Team Fiji’s Mere Roden has become one of the most recognisable and successful athletes in the Pacific. A Rio 2016 Paralympian and multiple Pacific Games gold medallist, the 51-year-old has enjoyed a rapid rise through the ranks of table tennis since discovering the sport through an Australian Government-funded program.
Roden was introduced to para table tennis in 2014 through the Smash Down Barriers program, which is run by the International Table Tennis Federation - Oceania in partnership with the Fiji Table Tennis Association, and funded by the Australian Government through the Pacific Sports Partnerships.
In 2015 she became the first Fijian player to participate in an international para table tennis tournament, and the following year she competed at the Rio 2016 Paralympic Games (Fiji's first para table tennis player to do so). As she continues to collect top honours on the court, off it she has become an advocate for para sport in the Pacific, and was recently elected the Oceania Paralympic Committee athlete representative.
“Anything is possible,” reflects Roden. “I came into table tennis through Smash Down Barriers and, when I took the first step of going overseas and beat Australia’s number one Rosalie Turnbull in 2015, I sort of became a public figure,” she explains.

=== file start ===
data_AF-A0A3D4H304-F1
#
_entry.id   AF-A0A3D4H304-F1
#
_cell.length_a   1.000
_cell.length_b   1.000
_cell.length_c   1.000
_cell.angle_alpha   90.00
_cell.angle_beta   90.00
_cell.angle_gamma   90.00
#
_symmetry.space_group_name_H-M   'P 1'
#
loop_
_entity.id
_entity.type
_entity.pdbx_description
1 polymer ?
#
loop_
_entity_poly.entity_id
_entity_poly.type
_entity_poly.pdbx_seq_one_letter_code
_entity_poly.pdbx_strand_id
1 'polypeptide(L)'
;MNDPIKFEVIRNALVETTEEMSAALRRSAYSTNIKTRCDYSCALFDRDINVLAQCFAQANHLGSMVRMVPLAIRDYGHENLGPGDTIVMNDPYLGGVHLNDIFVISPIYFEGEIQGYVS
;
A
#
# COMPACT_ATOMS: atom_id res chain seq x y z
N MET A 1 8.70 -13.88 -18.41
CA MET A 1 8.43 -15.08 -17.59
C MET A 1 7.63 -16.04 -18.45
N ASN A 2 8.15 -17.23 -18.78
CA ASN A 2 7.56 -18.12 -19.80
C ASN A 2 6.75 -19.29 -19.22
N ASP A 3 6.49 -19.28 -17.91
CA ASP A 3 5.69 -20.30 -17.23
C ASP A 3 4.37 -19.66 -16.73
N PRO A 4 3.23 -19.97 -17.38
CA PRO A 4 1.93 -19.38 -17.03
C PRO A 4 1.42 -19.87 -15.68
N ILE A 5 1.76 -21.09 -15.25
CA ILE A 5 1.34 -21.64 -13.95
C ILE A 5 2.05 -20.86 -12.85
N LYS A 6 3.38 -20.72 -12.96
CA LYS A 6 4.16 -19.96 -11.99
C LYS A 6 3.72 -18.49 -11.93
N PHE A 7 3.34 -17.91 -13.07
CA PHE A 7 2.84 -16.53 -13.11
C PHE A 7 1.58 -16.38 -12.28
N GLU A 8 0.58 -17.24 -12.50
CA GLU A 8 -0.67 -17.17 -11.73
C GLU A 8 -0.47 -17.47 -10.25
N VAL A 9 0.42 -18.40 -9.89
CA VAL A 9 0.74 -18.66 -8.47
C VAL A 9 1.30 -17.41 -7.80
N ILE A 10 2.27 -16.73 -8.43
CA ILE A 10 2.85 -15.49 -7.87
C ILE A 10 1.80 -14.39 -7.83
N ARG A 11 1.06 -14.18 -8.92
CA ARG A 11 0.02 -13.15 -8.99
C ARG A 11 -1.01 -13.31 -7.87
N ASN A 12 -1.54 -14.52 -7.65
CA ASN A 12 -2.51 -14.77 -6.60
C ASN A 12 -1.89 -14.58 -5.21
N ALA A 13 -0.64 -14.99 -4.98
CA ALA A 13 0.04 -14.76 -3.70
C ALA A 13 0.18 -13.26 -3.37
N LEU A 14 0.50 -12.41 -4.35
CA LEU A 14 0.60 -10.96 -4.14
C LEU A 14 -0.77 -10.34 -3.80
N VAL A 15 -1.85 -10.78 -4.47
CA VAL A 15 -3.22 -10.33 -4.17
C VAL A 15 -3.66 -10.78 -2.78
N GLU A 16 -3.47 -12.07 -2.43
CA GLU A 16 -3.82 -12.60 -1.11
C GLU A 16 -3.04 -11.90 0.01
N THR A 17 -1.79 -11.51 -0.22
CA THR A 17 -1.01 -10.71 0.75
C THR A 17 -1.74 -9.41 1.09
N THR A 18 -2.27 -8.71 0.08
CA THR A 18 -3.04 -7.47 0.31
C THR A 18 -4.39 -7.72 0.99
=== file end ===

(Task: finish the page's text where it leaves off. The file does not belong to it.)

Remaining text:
“I was over 40, going on 50 when I started table tennis and within that short period of time from late 2014 to 2016 I was at the Paralympics. It’s just up to the individual. If you’re committed, then it pays off.”
An estimated 85 per cent of players in the region discovered the sport through the Smash Down Barriers program, and many, like Roden, have gone on to represent their country.
Fresh from gold medal success at the Samoa 2019 Pacific Games, where she defended her title in the women’s seated singles, Roden’s next goal is to get more women in wheelchairs to take up the sport.
The Paralympian would like to see more women in wheelchairs across the Pacific benefit from the same opportunities that para table tennis has given her, while also desiring an increase in the number of competitors to strengthen the sport in the region.
At the age of 51, Roden is defying community expectations in Fiji about the demographic of international sportswomen. And although age is proving no barrier to her performances, she wants to see younger people follow her example, and that of her 61-year-old teammate, Latu.
“Sometimes we feel like we’re on our own, because we are in these (wheelchairs) and people have a different perspective towards us. But we are not doing this for ourselves, we are doing this for the others who are coming behind us, the younger ones.
“The only reason I’m holding onto this sport is that I love it, but at the same time I know that I’m getting older and I’m doing it because I’m thinking of other women with disabilities. It’s always in my heart that one day I will see maybe five women in wheelchairs playing table tennis at the Pacific Games.”
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